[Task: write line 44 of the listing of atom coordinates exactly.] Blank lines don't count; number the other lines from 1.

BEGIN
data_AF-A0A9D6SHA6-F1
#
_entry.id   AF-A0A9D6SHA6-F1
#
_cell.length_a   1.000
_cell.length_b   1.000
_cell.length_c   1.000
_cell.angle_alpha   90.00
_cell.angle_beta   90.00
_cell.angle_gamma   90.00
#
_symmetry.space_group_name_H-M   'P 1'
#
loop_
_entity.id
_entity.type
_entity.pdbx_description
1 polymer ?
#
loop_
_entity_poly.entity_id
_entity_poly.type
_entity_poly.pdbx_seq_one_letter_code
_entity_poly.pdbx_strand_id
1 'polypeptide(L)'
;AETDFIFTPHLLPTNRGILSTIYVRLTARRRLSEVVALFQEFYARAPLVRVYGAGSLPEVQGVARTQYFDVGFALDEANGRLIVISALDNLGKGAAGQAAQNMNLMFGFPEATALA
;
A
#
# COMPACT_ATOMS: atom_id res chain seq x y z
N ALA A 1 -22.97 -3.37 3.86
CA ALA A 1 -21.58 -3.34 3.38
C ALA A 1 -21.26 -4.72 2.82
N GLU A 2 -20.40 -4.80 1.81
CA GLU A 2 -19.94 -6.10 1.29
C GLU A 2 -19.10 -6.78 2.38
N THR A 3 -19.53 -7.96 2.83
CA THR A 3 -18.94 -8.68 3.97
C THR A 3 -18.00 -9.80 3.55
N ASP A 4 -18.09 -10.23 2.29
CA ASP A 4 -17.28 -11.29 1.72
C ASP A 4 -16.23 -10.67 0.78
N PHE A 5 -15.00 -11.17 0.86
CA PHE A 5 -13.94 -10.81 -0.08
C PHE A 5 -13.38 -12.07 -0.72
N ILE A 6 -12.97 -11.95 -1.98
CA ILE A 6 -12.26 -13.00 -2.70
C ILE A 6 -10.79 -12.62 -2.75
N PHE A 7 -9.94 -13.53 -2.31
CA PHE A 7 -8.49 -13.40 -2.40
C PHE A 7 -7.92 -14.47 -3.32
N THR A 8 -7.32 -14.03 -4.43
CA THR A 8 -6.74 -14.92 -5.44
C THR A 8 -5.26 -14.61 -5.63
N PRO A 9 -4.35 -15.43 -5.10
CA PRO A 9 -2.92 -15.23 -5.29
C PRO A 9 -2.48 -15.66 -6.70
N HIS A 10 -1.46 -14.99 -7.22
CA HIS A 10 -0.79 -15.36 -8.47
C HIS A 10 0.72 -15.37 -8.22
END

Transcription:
CA PHE A 5 -13.94 -10.81 -0.08